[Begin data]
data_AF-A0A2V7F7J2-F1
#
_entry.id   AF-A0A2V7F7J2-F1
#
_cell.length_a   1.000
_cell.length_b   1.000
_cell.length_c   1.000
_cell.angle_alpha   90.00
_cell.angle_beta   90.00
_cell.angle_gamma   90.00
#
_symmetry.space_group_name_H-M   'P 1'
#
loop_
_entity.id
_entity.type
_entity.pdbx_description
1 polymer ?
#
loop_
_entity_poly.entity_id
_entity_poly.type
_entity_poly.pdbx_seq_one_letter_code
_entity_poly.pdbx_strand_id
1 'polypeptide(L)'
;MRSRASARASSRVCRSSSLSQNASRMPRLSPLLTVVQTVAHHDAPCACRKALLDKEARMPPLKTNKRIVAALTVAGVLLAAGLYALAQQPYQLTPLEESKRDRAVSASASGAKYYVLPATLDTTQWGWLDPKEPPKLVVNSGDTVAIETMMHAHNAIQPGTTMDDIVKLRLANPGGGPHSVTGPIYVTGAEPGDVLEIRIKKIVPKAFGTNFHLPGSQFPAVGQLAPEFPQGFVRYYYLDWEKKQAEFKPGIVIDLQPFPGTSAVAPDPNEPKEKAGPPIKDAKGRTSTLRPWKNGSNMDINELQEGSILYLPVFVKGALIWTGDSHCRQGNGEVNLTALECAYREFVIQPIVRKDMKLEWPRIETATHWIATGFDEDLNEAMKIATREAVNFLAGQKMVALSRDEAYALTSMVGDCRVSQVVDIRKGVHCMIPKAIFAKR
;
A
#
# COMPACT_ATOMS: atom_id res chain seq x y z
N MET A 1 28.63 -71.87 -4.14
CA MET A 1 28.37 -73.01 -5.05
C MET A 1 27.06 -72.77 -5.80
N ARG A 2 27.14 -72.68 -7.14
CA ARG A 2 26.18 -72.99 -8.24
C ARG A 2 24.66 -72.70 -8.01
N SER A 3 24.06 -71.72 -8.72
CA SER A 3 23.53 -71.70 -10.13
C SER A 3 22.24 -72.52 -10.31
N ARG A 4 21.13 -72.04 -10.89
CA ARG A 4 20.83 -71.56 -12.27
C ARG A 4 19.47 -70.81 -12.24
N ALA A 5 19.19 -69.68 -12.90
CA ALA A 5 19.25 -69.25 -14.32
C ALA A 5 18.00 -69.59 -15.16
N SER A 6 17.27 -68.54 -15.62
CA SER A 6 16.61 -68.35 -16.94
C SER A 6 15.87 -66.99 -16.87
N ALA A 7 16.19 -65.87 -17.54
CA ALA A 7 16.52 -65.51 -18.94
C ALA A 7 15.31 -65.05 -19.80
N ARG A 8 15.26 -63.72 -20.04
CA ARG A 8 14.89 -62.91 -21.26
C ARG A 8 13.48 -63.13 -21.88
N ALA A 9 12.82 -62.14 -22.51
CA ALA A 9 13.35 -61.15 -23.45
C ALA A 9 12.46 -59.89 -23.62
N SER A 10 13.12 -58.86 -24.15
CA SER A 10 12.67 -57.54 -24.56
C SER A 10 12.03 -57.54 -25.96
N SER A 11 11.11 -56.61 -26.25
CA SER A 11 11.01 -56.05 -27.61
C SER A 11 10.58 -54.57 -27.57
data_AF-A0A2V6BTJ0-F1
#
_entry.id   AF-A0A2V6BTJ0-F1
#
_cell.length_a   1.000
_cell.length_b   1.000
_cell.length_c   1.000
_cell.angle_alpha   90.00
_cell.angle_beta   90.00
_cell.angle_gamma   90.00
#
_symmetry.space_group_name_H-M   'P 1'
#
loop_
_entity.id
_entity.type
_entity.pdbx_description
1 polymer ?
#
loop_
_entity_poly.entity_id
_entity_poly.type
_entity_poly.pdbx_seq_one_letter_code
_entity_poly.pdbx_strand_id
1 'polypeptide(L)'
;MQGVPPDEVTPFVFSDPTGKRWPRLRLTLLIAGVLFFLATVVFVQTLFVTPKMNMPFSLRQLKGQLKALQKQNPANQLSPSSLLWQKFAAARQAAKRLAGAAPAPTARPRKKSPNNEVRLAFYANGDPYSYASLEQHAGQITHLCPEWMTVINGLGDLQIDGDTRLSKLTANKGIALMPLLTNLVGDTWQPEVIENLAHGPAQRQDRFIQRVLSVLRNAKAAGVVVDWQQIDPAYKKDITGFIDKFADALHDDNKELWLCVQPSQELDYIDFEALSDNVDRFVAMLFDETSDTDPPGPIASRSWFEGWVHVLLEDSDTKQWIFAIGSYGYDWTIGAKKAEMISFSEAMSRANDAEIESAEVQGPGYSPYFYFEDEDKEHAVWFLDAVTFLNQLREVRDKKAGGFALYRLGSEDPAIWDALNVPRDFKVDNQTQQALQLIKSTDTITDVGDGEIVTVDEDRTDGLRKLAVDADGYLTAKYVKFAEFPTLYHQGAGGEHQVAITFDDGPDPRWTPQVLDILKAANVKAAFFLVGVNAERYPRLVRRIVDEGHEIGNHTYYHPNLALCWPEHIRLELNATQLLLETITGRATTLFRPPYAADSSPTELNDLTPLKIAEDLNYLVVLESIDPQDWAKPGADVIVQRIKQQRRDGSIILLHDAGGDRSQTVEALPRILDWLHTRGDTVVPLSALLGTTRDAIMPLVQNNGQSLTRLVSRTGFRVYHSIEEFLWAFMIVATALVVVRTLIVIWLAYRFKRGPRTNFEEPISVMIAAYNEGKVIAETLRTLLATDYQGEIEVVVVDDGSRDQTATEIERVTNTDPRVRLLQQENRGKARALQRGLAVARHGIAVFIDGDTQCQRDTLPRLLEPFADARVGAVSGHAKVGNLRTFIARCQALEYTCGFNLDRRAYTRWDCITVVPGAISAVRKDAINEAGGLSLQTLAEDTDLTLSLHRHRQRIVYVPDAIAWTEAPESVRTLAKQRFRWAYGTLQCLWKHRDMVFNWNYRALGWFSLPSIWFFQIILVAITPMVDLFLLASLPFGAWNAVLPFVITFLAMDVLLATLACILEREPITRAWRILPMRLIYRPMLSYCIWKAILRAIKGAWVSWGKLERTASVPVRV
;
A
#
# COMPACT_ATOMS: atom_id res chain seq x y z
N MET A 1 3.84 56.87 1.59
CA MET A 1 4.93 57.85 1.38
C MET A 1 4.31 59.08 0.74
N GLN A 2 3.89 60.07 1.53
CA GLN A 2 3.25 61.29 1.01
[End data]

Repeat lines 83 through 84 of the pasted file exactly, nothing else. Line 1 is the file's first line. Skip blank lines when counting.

loop_
_entity_poly.entity_id